Editorial emphasis is placed on news pertinent to the tri-state area's Mexican community
Since its launch in August of 2002, Diario de Mexico US edition has undergone some growing pains and has had to make various changes to find its place in the New York marketplace (see page 15, “Diario de México, a Mexican Publisher in Pursuit of the American Dream,” Portada® No. 11 September/ October 2004).
At the outset, Diario de Mexico U.S. was essentially the same as its Mexican counterpart, with different advertising and a slightly different cover. The price was set at one dollar.
However, after the first six months they noticed that growth had stopped and sales were declining: “This prompted the first change, which was a price reduction from one dollar to fifty cents and the inclusion of a local reporter that was focused on New York Mexican community news,” explains COO German Baz Gutierrez.
Although these actions halted the declining sales and steadied circulation, issue sales were still not growing, which underscored the need for further changes. The paper’s next move was to significantly overhaul the publication by re-designing the cover page and placing stronger editorial emphasis on news pertinent to the Tri-state area Mexican community.
As Gutierrez notes, the results were dramatic. After implementing these changes in December of 2003, the paper’s circulation and advertising revenue began to grow steadily and has not stopped ever since.
Today, most of the advertising is local, although Diario de Mexico U.S is confident that more national advertising is soon to follow: “to have local advertising is important to us because it assures national advertisers that our paper works. Local advertisers don’t bother with circulation numbers; they expect phone calls. If they don’t get them they simply cancel.” As such, Gutierrez views the strong base of local advertisers as attesting to the paper’s commercial viability.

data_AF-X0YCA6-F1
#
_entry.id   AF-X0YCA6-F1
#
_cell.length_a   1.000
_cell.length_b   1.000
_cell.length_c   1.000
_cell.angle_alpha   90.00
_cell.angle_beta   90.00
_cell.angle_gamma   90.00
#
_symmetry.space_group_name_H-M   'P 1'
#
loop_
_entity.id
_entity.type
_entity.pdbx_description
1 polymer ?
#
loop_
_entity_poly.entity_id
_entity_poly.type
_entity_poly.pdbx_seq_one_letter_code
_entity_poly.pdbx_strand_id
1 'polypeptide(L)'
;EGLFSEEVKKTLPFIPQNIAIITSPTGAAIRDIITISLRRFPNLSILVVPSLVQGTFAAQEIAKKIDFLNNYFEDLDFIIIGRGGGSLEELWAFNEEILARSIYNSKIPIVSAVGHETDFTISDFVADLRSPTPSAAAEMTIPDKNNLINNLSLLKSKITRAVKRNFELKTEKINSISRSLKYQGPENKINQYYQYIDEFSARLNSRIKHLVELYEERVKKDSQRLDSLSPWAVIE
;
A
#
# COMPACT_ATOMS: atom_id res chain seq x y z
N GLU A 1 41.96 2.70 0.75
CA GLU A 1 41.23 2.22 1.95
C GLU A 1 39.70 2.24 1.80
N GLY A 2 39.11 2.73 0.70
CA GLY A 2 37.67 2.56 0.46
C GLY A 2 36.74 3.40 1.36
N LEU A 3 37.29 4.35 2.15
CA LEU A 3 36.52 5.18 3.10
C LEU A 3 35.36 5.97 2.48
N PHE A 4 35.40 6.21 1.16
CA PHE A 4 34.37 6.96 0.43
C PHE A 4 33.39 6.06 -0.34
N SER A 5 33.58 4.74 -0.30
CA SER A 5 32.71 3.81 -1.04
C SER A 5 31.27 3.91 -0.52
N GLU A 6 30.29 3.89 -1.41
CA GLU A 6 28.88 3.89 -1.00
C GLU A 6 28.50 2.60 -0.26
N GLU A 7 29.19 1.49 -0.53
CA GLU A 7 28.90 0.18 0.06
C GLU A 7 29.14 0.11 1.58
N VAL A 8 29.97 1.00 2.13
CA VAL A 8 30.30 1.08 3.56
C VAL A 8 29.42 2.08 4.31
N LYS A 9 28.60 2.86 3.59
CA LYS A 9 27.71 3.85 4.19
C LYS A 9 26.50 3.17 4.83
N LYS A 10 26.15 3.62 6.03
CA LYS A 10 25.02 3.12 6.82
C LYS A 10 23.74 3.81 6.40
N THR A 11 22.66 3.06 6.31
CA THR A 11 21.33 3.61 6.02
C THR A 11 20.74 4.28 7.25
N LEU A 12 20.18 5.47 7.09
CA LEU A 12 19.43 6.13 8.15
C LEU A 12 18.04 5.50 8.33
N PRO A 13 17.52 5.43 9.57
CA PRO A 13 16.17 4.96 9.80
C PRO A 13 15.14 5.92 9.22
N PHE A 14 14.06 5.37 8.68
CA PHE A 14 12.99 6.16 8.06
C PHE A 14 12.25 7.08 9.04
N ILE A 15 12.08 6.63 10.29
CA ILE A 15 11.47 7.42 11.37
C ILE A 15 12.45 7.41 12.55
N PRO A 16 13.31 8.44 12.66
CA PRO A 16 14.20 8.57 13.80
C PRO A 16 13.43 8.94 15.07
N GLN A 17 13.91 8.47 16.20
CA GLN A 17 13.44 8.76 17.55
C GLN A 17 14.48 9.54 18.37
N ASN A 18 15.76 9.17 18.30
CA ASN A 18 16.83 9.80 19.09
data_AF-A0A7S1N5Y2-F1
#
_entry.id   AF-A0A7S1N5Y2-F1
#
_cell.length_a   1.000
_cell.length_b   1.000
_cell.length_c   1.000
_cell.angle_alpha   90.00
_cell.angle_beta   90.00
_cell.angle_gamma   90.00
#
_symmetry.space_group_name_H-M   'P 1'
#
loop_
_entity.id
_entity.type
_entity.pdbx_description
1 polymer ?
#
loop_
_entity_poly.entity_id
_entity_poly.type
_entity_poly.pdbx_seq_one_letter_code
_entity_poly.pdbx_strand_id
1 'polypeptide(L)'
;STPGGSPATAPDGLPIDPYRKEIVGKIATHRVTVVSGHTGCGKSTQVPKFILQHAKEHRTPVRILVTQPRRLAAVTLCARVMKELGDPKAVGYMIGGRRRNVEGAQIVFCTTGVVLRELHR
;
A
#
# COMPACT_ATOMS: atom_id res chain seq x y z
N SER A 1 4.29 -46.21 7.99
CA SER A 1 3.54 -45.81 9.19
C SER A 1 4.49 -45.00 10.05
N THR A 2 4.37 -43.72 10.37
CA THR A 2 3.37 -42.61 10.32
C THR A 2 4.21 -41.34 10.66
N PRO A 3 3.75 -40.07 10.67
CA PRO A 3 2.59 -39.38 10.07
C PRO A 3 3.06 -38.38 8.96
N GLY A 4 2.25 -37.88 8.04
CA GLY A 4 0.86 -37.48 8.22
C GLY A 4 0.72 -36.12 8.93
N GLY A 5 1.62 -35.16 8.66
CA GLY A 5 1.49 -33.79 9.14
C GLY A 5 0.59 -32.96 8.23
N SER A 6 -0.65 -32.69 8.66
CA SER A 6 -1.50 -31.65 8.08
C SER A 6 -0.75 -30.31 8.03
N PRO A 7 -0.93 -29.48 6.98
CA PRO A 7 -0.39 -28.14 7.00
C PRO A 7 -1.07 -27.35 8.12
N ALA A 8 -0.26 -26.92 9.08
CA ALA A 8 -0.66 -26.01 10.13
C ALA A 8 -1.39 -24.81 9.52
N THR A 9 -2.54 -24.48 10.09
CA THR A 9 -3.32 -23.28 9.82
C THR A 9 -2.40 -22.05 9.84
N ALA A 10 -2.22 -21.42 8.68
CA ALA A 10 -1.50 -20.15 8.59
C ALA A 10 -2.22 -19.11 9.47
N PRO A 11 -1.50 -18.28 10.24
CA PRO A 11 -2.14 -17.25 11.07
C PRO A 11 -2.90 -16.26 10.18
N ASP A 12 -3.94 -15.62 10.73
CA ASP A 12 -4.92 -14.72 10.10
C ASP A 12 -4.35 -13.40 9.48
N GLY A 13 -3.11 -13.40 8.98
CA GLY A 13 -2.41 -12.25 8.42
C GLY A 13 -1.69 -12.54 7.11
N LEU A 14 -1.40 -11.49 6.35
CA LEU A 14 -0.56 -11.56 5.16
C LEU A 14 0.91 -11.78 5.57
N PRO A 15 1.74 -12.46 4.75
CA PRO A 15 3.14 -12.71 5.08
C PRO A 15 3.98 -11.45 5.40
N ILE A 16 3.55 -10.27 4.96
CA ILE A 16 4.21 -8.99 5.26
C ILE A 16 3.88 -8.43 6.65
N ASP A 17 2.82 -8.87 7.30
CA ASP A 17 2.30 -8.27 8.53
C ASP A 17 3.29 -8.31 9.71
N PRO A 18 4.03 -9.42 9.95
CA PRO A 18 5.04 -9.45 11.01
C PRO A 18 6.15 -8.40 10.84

As for circulation, the paper boasts 11,000 paid copies daily. Diario sees lots of room for growth, noting that at present it only covers about 25% of all possible points of sale. In addition, the market for the paper is growing rapidly. Says Gutierrez, “Mexicans keep coming, leaving traditional immigration areas like Los Angeles California and Chicago and moving to NY.”
Diario also understands, however, that to be attractive to national advertisers they need to expand quickly and become a national presence. The paper plans to expand into other major U.S. cities in the near future, with the aim of dominating the Mexican newspaper market.